Throughout their years together, they continued to dance while always embracing their one rule - you dance the first and last dance together.

They enjoyed snowmobiling, bowling and many other fun activities. For over 50 years, they would gather once a month with other neighborhood couples for a rousing evening of Sheepshead.

Bernie and Hanna strongly believe the secret to their happiness and success over the past 70 years is simple - always work together side by side and support and help each other. They also believed in laughing, having fun and living life to the fullest.

They truly stood by each other’s side in good times and bad,” Lori reflects. Their love and devotion for each other triumphed during the difficult times. Along with the typical challenges in a marriage, they also suffered the loss of their teenage daughter and three other children, who were stillborn.

While still farming, Bernie stepped up and devoted his time to nursing his wife back to health after hip replacement surgery, along with taking the added responsibility of caring for their daughter and the home. He also assisted Hanna with physical therapy, exercises and general health care.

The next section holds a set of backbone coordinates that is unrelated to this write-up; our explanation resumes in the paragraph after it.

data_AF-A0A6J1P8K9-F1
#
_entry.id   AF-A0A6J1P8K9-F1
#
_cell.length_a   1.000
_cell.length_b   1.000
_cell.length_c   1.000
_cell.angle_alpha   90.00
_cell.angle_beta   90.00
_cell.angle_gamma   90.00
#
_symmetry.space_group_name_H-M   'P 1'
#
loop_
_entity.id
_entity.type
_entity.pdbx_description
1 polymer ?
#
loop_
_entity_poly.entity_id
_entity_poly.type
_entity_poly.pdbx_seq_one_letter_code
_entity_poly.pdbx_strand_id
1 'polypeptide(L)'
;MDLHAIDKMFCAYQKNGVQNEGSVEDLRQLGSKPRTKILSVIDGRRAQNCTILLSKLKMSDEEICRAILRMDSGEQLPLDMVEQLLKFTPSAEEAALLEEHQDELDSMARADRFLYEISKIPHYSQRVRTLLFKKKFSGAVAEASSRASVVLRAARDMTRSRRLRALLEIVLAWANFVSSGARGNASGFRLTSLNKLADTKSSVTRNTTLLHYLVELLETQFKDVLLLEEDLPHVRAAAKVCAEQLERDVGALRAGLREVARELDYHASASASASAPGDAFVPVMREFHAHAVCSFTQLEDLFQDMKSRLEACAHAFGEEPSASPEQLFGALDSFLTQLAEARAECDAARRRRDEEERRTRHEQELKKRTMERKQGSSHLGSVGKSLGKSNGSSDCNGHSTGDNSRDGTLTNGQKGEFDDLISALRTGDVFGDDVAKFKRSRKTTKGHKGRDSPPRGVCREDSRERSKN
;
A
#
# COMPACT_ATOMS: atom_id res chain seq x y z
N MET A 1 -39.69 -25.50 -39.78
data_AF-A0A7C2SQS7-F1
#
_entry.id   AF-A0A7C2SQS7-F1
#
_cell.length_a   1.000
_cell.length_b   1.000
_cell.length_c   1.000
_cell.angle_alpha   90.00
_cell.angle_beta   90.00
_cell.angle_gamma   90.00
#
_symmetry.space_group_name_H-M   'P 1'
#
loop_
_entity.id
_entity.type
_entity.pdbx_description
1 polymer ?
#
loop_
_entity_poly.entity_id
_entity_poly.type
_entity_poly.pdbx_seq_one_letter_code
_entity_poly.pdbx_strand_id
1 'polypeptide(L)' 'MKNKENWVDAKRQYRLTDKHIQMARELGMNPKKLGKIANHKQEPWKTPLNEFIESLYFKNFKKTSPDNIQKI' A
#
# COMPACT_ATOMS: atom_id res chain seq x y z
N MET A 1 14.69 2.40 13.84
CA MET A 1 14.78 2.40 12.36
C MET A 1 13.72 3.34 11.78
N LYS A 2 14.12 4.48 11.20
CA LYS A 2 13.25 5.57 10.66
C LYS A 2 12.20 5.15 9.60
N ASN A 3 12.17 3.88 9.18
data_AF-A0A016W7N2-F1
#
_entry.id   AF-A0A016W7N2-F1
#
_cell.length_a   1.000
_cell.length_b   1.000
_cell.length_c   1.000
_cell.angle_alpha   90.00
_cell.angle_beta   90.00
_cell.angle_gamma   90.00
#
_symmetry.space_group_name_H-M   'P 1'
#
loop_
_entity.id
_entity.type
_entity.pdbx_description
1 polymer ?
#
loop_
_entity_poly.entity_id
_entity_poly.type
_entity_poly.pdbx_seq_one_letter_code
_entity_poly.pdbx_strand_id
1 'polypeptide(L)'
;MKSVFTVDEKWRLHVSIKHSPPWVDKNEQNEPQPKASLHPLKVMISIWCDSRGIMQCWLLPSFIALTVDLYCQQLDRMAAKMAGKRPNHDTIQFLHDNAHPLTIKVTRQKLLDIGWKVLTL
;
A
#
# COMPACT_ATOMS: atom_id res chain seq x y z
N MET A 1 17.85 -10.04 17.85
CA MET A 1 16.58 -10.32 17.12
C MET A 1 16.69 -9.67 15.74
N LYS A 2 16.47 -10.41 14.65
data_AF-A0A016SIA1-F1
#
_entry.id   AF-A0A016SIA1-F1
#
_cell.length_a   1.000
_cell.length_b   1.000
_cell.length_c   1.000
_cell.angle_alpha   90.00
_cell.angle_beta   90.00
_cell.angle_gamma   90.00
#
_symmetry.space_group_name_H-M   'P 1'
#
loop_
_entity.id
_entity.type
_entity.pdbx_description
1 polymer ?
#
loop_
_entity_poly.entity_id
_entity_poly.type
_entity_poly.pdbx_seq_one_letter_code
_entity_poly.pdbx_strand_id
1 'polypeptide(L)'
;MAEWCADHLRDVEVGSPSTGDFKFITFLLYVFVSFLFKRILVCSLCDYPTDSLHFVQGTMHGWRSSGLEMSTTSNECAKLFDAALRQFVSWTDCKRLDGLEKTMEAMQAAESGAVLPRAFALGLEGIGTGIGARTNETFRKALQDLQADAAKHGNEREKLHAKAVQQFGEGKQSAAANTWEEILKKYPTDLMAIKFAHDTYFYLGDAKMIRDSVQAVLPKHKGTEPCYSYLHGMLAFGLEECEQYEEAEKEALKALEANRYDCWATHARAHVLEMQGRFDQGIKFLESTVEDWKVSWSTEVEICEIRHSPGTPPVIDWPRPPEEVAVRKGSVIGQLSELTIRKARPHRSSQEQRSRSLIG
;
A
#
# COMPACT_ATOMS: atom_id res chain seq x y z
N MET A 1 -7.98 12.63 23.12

“He got pretty good at putting on surgical stockings and shaving mom’s legs,” Lori chuckled.

Until just recently, Bernie and Hanna were active members of several clubs and organizations. Hanna was a member of the Happy Homemakers Club for about 50 years, while Bernie proudly served as a member of the Neillsville Lions Club for over 40 years. Throughout their entire marriage, they have been members of the United Church of Christ, Neillsville.

After much discussion and with great emotion, the couple sold their home in 2013 and said farewell to many friends. They relocated to DePere to be closer to Lori, her husband, Ken, and their two children.

Lori is able to watch over and care for them. They take every opportunity to enjoy their grandchildren.

Bernie’s secret to a lasting marriage, “keep your mouth shut when you are wrong.”

Their life together has been filled with happiness, sadness, challenges, adventures, memories and most of all - love.

Bernie and Hanna Opelt strike a pose with the family. Many family members and friends gathered for a 70th anniversary party April 30 at the Neillsville American Legion. (Contributed photo)